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The Enduring Strength of Garden-Style Communities

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Several years ago, some might have concluded that suburban, garden-style apartment communities were on the wane. 

I've always been a believer in this product type, but there was a lot of talk about the growing popularity of high- and mid-rise apartments in infill locations. 

Now, as the pandemic has caused many to rethink where they want to live and working from home has moved into the mainstream, it's clear that garden-style communities are projected to experience robust demand now and into the future.

My goal is not to compare mid- and high-rise communities to garden-style. Each one has its merits, and the choice comes down to the style of living and community an individual or family prefers. What I want to focus on is why so many residents are gravitating toward garden-style and how this segment is growing in strength. 

Garden-style communities - along with apartment properties in general - are experiencing some of the lowest vacancy rates in their history, and construction is struggling to meet demand.

In the past year, the United States has absorbed over 600,000 apartment units, which is more than twice the average of the previous five years. Developers were only able to deliver 270,000 units last year, and all of this has resulted in rent growth and a record-low national vacancy rate of 4.6%, according to CoStar.

Meeting the needs of the moment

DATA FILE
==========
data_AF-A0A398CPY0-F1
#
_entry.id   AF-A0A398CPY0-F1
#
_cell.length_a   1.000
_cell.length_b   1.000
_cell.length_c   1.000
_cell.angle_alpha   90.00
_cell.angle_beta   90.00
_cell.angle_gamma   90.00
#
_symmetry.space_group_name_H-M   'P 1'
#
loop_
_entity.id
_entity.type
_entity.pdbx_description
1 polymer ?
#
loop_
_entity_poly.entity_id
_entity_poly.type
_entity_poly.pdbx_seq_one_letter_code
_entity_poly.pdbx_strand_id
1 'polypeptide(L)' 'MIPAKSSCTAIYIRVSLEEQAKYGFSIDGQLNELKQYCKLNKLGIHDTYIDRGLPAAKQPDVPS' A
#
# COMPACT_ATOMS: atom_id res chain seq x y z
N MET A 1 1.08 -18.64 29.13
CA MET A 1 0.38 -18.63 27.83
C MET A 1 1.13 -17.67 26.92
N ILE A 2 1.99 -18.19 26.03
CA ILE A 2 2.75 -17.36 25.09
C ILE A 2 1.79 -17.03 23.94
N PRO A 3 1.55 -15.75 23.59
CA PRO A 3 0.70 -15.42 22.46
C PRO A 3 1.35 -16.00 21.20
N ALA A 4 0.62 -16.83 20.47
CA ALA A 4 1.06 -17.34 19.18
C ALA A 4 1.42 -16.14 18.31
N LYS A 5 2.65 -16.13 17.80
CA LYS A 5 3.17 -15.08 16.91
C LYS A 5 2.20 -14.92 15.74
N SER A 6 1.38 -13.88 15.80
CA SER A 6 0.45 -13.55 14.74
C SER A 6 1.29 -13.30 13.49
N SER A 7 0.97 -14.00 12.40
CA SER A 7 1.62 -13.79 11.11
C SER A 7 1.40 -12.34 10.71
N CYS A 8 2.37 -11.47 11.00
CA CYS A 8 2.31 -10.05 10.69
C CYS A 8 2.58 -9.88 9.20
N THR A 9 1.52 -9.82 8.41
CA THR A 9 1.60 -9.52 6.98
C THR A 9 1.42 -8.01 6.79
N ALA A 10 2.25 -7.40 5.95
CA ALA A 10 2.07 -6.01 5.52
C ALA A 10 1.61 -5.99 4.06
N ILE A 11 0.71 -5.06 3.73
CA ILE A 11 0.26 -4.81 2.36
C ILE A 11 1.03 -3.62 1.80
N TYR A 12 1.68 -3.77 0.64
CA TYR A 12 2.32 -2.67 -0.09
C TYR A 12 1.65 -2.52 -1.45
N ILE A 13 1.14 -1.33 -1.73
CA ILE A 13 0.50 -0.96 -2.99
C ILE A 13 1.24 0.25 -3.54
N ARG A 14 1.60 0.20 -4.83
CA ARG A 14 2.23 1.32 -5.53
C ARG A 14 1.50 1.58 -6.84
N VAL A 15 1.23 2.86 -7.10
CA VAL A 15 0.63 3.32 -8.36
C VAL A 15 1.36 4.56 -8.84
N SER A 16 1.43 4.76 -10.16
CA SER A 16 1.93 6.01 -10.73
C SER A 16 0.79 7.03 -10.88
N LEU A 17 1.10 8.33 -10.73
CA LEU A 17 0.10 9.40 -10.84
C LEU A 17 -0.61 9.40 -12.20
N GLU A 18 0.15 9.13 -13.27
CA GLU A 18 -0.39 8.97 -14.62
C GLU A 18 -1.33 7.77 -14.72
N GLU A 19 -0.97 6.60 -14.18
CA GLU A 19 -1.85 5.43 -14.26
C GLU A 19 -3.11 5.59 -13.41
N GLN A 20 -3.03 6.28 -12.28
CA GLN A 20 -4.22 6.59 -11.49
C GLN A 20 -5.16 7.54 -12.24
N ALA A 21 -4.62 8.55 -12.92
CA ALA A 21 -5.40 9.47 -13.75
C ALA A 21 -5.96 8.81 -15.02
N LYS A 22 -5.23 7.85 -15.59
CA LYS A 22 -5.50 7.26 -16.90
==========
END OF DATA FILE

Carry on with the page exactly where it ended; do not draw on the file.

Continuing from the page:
Since the start of the pandemic, many renters have clearly preferred to live in less densely populated areas and in apartments with bigger floorplans. That describes garden-style communities to a tee.

But these communities will always exert a strong appeal for a large number of renters - pandemic or no pandemic - because of the quality of life they provide. Garden-style properties offer a feeling similar to living in a single-family home: unlike in a high- or mid-rise, residents can open their front door and go right to a greenspace, a dog park, a playground or an outdoor pool. The sizes of the units are more comparable to a house.

For families, garden-style communities provide kids with plenty of space to be outdoors and play with their friends. And they typically are located in areas with excellent school districts - another major appeal for families that can’t yet afford to take the homeownership plunge.

Looking ahead

The growing trend of remote work is another reason garden-style communities are poised for a strong future. During the workweek, millions of people now spend close to 20 hours a day in their homes and therefore prefer the larger apartments found in garden-style properties. Moving forward, these communities are likely to feature even larger floorplans to accommodate renters who need ample space for both their home and work environments. And they’ll need to have common work areas that balance residents’ ambition to get out of their homes with their desire for privacy and safety during the pandemic.

At Ashcroft’s communities, we’ve added pod-like amenities in our business centers. These are small, quiet spaces where our residents can work, be on conference calls and not feel like they’re putting themselves at risk of catching COVID. 

Another trend that bodes well for garden-style demand is that people are flocking to the states and metros in which these properties are prevalent. Populations in Sun Belt states like Arizona, Texas, Georgia and Florida are growing as people seek the lower cost of living and higher quality of life that these areas offer. Garden-style communities help provide that quality of life.

Add these factors up, and one can easily conclude that garden-style apartments will have enduring appeal to residents and will continue to be sound investments for the immediate future and well beyond.

 

 
This comment was minimized by the moderator on the site

Great blog Frank and I agree that the pandemic has really shifted the needs of renters. With many working from home now they aren't looking for a downtown high-rise with a great commute but rather more room and likely better amenities!

  Lilah Poltz

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